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Serial guinea pigs sniff out cash in clinical trials

Joe from Cambridge didn’t worry about the side effects of a drug designed for women with osteoporosis when he took it for a recent clinical trial, one of 60 trials he’s done in five years.

Joe from Cambridge didn’t worry about the side effects of a drug designed for women with osteoporosis when he took it for a recent clinical trial, one of 60 trials he’s done in five years.

“I’ve never had anything bad happen to me, doesn’t mean it couldn’t,” said the 70-year-old who declined to give his last name. “It seems like the researchers are pretty good when they follow you.”

With its world-renowned hospitals, Boston is one of the best places on earth to offer yourself to science, while you’re still on earth that is. And studies can pay anywhere from $300 to $2,500 for trials ranging from one day to three years.

“Generally people don’t do it for a living but some people jump from study to study, especially in a tough economy,” said Director for Clinical Research at Boston Medical Center, Rich Eder.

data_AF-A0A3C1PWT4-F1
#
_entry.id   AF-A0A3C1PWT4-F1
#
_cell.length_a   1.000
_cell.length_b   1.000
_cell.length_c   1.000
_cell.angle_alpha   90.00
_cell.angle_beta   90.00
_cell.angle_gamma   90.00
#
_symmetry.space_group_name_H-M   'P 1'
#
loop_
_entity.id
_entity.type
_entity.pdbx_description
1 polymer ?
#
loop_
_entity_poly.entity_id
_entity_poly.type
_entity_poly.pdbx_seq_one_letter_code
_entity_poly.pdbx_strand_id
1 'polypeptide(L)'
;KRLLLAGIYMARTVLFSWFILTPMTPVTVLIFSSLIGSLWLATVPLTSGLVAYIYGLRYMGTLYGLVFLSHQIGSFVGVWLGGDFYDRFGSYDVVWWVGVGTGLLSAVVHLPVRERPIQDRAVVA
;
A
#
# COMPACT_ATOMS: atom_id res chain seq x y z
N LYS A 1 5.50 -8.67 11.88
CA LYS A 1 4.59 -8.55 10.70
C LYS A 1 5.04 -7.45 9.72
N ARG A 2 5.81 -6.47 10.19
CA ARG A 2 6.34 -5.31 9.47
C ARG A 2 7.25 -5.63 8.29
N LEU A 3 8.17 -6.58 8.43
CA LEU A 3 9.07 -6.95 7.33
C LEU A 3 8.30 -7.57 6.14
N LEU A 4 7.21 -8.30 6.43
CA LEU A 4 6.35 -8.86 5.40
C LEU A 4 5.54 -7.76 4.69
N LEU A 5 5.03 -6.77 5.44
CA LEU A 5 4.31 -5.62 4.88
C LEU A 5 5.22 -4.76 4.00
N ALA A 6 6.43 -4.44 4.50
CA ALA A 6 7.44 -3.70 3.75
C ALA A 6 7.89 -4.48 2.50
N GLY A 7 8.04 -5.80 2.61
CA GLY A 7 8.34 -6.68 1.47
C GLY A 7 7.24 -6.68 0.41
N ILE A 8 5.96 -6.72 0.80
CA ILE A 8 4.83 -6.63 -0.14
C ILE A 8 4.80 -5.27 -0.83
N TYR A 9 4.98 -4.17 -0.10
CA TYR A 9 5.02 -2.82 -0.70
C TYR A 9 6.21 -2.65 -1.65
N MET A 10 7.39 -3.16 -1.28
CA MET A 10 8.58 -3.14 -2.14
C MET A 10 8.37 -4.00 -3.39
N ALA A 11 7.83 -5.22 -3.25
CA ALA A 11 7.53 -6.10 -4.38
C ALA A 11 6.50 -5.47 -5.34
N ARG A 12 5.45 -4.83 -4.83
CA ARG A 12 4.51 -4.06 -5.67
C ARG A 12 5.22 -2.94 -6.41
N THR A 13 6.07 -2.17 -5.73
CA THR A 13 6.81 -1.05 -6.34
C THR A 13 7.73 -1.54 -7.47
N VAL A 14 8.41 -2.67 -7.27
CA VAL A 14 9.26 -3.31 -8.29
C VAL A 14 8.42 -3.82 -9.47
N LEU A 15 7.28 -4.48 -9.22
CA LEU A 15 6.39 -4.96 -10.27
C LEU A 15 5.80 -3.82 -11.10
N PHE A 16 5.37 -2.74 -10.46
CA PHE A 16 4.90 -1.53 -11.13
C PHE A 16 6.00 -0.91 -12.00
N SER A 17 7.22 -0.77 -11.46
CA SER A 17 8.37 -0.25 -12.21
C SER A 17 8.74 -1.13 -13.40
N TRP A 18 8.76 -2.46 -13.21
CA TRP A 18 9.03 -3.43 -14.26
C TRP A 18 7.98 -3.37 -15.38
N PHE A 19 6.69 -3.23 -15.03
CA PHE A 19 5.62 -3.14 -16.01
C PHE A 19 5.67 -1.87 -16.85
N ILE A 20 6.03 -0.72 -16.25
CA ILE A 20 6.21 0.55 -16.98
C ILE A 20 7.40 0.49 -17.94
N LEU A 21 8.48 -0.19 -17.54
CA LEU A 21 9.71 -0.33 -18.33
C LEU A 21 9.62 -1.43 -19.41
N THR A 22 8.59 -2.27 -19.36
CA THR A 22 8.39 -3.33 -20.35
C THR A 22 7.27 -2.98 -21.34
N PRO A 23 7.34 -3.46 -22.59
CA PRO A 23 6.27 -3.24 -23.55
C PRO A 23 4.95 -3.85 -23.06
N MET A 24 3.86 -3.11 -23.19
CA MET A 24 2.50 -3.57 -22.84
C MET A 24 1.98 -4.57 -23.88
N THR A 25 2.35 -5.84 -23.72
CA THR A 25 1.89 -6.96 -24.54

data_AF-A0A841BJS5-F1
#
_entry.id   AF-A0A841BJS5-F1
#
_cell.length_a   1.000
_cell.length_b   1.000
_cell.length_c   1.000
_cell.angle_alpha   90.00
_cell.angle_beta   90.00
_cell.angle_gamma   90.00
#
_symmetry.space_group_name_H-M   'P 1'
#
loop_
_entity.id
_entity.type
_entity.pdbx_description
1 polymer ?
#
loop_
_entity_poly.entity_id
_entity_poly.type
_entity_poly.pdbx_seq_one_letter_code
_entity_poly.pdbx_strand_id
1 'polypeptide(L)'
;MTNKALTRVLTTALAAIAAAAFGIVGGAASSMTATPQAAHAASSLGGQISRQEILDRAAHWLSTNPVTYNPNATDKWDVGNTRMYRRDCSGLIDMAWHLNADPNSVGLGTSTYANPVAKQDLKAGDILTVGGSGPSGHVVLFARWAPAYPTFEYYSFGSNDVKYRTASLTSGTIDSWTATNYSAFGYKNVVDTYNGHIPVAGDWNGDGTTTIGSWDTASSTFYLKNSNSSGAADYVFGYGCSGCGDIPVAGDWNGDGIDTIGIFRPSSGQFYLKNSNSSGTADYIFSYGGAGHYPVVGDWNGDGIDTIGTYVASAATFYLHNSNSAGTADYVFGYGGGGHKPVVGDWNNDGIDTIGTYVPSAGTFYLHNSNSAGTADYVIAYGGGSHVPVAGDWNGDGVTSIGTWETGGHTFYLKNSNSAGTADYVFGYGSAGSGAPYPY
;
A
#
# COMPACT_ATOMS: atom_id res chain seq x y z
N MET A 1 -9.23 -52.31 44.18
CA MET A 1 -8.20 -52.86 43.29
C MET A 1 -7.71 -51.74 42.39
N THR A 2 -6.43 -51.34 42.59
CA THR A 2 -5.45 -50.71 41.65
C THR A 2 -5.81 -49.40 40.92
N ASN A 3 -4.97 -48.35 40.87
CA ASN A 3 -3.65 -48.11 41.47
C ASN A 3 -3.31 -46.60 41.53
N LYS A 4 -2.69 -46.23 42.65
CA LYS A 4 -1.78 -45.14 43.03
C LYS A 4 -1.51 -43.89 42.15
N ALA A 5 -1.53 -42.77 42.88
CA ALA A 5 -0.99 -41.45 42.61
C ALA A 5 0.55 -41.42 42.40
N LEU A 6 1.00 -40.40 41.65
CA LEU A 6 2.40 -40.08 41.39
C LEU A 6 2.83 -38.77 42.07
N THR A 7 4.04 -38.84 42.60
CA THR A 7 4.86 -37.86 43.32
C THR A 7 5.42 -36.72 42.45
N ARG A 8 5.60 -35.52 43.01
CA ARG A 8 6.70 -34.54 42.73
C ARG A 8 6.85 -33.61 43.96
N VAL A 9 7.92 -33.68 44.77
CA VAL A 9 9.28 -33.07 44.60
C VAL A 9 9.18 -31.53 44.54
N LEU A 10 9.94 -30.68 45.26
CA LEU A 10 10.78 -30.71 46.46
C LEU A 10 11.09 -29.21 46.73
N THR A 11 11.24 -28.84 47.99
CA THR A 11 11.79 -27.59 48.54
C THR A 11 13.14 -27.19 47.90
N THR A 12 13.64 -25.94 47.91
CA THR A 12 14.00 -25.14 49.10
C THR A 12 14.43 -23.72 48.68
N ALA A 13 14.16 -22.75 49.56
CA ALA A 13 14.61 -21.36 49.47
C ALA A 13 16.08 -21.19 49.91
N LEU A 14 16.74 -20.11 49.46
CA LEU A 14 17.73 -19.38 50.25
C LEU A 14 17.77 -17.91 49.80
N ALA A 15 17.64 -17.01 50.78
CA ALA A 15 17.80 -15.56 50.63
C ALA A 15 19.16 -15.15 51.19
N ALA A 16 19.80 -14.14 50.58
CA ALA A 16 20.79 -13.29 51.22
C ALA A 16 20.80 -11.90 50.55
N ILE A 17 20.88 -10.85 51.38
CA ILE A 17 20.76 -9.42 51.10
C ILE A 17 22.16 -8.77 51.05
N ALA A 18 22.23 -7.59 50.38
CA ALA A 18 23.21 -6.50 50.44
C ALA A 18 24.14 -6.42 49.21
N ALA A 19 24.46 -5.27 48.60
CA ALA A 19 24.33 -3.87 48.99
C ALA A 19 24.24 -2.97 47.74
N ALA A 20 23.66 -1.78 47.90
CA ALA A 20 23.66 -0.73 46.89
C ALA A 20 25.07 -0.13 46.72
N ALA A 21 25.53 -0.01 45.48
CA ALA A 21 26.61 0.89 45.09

But while some serial guinea pigs are only out for money, Eder said studies require full commitment and understanding of the responsibilities of all parties.

“Participants have to really want to participate,” he said. “It’s hard to make them show up. And if they do a diary you don’t know if they are being honest, which can screw up a study.”

Eder also said participants go through a thorough consent process. Safety is the top concern and new drugs are only tested in small doses.

Jane Roberson said she will only do trials that give drugs she’s familiar with.

“There are some studies where you’re basically a guinea pig, taking different meds,” Roberson said.

 
 
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